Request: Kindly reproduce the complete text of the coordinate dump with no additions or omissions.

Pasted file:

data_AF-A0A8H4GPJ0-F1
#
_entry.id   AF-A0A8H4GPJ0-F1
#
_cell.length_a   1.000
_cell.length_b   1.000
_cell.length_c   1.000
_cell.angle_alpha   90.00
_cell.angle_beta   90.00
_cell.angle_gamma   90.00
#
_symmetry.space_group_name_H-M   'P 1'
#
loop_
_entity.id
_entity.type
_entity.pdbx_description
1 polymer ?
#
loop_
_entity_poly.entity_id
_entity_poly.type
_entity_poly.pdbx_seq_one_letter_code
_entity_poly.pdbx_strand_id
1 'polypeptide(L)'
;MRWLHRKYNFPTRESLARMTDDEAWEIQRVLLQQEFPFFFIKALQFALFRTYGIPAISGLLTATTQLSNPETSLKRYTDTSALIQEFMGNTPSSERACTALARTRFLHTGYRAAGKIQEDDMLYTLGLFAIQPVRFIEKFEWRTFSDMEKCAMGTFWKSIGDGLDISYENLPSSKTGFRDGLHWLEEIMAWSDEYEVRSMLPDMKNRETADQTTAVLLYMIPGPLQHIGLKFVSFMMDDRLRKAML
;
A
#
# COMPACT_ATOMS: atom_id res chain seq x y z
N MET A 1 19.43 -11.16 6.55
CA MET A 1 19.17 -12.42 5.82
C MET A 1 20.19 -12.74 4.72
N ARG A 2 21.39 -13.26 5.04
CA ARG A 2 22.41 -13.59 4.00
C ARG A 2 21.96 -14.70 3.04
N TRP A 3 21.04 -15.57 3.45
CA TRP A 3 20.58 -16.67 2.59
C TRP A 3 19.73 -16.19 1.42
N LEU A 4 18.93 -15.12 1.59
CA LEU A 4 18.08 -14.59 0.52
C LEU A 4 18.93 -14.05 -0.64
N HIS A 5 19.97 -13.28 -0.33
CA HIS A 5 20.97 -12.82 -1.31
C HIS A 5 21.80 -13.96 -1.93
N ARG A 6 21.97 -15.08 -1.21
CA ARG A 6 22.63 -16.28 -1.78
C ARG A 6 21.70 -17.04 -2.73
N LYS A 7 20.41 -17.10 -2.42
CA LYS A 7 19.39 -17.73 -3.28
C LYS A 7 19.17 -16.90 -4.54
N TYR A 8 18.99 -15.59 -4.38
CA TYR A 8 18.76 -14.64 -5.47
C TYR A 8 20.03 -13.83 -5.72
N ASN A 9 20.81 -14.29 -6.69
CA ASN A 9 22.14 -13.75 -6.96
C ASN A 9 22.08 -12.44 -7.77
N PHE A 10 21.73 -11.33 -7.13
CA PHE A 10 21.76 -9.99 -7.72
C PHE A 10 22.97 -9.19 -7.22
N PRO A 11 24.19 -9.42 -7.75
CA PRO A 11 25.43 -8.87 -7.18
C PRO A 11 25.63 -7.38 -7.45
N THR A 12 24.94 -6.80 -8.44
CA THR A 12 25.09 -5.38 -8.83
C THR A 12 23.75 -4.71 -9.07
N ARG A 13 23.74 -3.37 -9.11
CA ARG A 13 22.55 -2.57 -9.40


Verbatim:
data_AF-A0A8H4GPJ0-F1
#
_entry.id   AF-A0A8H4GPJ0-F1
#
_cell.length_a   1.000
_cell.length_b   1.000
_cell.length_c   1.000
_cell.angle_alpha   90.00
_cell.angle_beta   90.00
_cell.angle_gamma   90.00
#
_symmetry.space_group_name_H-M   'P 1'
#
loop_
_entity.id
_entity.type
_entity.pdbx_description
1 polymer ?
#
loop_
_entity_poly.entity_id
_entity_poly.type
_entity_poly.pdbx_seq_one_letter_code
_entity_poly.pdbx_strand_id
1 'polypeptide(L)'
;MRWLHRKYNFPTRESLARMTDDEAWEIQRVLLQQEFPFFFIKALQFALFRTYGIPAISGLLTATTQLSNPETSLKRYTDTSALIQEFMGNTPSSERACTALARTRFLHTGYRAAGKIQEDDMLYTLGLFAIQPVRFIEKFEWRTFSDMEKCAMGTFWKSIGDGLDISYENLPSSKTGFRDGLHWLEEIMAWSDEYEVRSMLPDMKNRETADQTTAVLLYMIPGPLQHIGLKFVSFMMDDRLRKAML
;
A
#
# COMPACT_ATOMS: atom_id res chain seq x y z
N MET A 1 19.43 -11.16 6.55
CA MET A 1 19.17 -12.42 5.82
C MET A 1 20.19 -12.74 4.72
N ARG A 2 21.39 -13.26 5.04
CA ARG A 2 22.41 -13.59 4.00
C ARG A 2 21.96 -14.70 3.04
N TRP A 3 21.04 -15.57 3.45
CA TRP A 3 20.58 -16.67 2.59
C TRP A 3 19.73 -16.19 1.42
N LEU A 4 18.93 -15.12 1.59
CA LEU A 4 18.08 -14.59 0.52
C LEU A 4 18.93 -14.05 -0.64
N HIS A 5 19.97 -13.28 -0.33
CA HIS A 5 20.97 -12.82 -1.31
C HIS A 5 21.80 -13.96 -1.93
N ARG A 6 21.97 -15.08 -1.21
CA ARG A 6 22.63 -16.28 -1.78
C ARG A 6 21.70 -17.04 -2.73
N LYS A 7 20.41 -17.10 -2.42
CA LYS A 7 19.39 -17.73 -3.28
C LYS A 7 19.17 -16.90 -4.54
N TYR A 8 18.99 -15.59 -4.38
CA TYR A 8 18.76 -14.64 -5.47
C TYR A 8 20.03 -13.83 -5.72
N ASN A 9 20.81 -14.29 -6.69
CA ASN A 9 22.14 -13.75 -6.96
C ASN A 9 22.08 -12.44 -7.77
N PHE A 10 21.73 -11.33 -7.13
CA PHE A 10 21.76 -9.99 -7.72
C PHE A 10 22.97 -9.19 -7.22
N PRO A 11 24.19 -9.42 -7.75
CA PRO A 11 25.43 -8.87 -7.18
C PRO A 11 25.63 -7.38 -7.45
N THR A 12 24.94 -6.80 -8.44
CA THR A 12 25.09 -5.38 -8.83
C THR A 12 23.75 -4.71 -9.07
N ARG A 13 23.74 -3.37 -9.11
CA ARG A 13 22.55 -2.57 -9.40